Saturday, February 4, 2012

The Best Laid Plans by Sidney Sheldon

Rating: 4 out of 5 stars
384 pages

Sheldon's 1997 suspense thriller is a rapidly paced story featuring his signature web of lies, deception, and murder, albeit this novel is less complex than his earlier works. In The Best Laid Plans the two main characters, Leslie Stewart and Oliver Russell are engaged to be married when Oliver suddenly ditches Leslie and marries the daughter of a powerful U.S. Senator. This acts as an explosive trigger to Leslie's underlying distrust of men since her father abandoned her as a child and she becomes obsessed with getting revenge on Oliver, who becomes the President of the United States.

Leslie marries the wealthy owner of an Arizona newspaper, who passes away a few years into their marriage. Leslie takes control of the newspaper and ruthlessly acquires newspaper companies around the country and expands worldwide as she closely watches Oliver Russell's presidential campaign and election. Leslie's plan to use her media power to damage President Russell's reputation becomes reckless when the President is a murder suspect of a governor's 7 year old daughter. As details of the case leak, more people are murdered in connection to the crime, making the President an obvious target. However, Leslie's machinations are ruined when the Washington Tribune's famous foreign correspondent Dana Evans finds out who really murdered the governor's daughter.

The President appears to be guilty due to his well-documented habit of having extramarital affairs and Leslie's memory of his connection to a drug called Liquid Ecstasy. President Russell admits to FBI officials that on the night the governor's daughter was murdered he was sleeping with an Italian ambassador's wife, unbeknownst to Leslie who has written a sensational headline that the President is wanted for six murders.

In a heart-pounding chain of events Dana Evans is talking to the sister of a man who was murdered in connection to the governor's daughter's murder when she is cornered by a hit man. Dana calls the Washington Tribune station and asks a staff member to put her on live because her cameramen had already set up. The hit man is captured attempting to murder Dana and the sister on national television while Dana reveals who is behind the murders. Leslie, who owns the Washington Tribune and was at the station when the breaking report came on, is horrified that her story on President Russell's impending arrest for the murders is wrong. Unfortunately, it was too late for her to recall the paper with that headline story. The editor-in-chief of the Washington Tribune warned her not to print it without all the facts, but Leslie was so desperate to take down the President that she became the victim of her own maniacal revenge plan, while the President was forced to face the reality of his careless philandering.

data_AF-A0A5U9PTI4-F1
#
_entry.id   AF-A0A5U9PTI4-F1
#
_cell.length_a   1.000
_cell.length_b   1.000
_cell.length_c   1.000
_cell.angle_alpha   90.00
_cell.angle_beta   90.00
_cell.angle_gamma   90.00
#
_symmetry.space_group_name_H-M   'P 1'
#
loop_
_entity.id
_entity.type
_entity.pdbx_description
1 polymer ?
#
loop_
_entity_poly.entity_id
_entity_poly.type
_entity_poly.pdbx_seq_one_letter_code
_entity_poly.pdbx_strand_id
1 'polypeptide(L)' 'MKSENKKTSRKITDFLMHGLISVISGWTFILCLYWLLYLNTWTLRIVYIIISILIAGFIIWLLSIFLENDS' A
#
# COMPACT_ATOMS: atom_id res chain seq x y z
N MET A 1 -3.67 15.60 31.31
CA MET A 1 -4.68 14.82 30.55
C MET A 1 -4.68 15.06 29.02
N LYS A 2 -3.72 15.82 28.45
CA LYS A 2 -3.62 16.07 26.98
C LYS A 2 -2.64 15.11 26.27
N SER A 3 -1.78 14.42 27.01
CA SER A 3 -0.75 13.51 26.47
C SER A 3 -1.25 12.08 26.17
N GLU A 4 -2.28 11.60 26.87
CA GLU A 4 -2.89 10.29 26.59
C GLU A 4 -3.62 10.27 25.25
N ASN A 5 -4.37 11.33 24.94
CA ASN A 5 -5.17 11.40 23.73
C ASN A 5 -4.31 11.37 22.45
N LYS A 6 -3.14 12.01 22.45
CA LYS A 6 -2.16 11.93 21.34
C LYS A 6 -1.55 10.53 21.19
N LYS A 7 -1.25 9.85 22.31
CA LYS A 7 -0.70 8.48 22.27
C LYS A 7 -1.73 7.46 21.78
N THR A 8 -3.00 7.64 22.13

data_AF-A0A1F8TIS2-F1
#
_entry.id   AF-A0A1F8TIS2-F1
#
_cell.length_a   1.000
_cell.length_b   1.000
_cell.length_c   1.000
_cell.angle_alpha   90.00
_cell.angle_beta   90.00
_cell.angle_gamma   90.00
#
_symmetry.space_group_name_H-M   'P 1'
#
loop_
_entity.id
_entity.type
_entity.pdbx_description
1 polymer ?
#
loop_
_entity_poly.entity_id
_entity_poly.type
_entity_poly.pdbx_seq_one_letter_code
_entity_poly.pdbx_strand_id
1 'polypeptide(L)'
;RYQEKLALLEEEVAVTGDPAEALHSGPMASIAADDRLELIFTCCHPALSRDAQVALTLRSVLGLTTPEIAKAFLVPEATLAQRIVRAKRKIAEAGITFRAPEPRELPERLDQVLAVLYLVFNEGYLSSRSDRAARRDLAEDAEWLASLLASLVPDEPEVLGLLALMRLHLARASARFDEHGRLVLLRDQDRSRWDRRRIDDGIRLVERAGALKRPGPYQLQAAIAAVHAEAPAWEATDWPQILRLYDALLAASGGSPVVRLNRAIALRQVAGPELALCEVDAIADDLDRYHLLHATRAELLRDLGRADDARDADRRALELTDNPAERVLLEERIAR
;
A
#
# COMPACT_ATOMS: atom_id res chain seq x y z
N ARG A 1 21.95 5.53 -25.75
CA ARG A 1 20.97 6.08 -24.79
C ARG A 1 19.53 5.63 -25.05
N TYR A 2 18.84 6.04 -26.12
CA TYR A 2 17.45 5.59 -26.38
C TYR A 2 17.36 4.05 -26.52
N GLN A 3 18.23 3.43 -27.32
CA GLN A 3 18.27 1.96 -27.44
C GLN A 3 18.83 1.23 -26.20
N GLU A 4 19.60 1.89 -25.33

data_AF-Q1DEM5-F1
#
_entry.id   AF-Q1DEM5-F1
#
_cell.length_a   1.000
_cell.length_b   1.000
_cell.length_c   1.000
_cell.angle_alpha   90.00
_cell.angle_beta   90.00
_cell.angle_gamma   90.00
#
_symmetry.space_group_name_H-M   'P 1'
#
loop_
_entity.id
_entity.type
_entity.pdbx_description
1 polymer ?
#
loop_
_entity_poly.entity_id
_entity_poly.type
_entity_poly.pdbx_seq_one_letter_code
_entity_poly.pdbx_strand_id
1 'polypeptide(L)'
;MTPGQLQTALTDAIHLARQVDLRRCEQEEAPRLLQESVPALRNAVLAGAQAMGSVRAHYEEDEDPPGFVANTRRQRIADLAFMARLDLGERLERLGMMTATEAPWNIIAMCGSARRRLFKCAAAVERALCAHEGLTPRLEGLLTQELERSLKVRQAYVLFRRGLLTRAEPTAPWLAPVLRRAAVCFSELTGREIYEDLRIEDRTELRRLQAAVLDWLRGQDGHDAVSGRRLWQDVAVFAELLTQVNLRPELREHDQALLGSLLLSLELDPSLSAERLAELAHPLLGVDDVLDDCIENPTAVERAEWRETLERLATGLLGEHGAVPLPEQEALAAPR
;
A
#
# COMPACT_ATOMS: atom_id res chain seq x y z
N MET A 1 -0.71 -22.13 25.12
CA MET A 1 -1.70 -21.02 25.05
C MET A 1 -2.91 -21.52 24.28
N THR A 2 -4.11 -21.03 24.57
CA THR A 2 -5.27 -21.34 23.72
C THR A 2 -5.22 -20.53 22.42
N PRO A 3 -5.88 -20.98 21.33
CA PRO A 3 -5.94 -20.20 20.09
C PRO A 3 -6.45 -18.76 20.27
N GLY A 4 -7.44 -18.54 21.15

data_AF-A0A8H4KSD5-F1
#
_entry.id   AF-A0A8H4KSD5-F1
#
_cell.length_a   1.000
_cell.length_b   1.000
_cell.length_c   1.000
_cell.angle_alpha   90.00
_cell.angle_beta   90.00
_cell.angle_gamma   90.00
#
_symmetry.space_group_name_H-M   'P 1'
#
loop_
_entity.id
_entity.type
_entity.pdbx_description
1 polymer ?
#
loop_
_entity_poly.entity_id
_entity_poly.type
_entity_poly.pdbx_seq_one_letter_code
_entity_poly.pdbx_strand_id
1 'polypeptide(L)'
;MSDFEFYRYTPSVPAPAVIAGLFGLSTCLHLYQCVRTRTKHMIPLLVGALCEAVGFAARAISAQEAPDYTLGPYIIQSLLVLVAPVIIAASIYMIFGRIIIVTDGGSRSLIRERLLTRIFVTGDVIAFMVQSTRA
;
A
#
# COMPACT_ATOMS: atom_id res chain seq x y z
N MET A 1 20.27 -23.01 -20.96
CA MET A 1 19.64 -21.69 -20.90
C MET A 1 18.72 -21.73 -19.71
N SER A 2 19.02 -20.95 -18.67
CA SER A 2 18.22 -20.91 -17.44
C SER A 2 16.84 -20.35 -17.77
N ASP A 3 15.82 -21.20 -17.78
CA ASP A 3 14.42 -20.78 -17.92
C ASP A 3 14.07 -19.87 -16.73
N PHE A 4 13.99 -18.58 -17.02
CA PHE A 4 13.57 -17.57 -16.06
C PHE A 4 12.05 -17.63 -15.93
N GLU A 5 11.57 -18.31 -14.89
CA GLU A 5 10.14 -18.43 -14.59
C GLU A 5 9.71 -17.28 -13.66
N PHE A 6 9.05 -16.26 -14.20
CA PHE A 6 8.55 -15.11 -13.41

By the end of the novel Dana Evans emerges as the true heroine. It seems that the point of Leslie and Oliver's relationship and twisted long-term connection were to provide Dana with a happy ending. Sidney Sheldon's plotting isn't as sharp in this book, there are some definite holes and unnecessary details, but he still crafts an interesting juxtaposition between Leslie and Dana, along with realistically redeeming Oliver Russell's character after he becomes a murder suspect.

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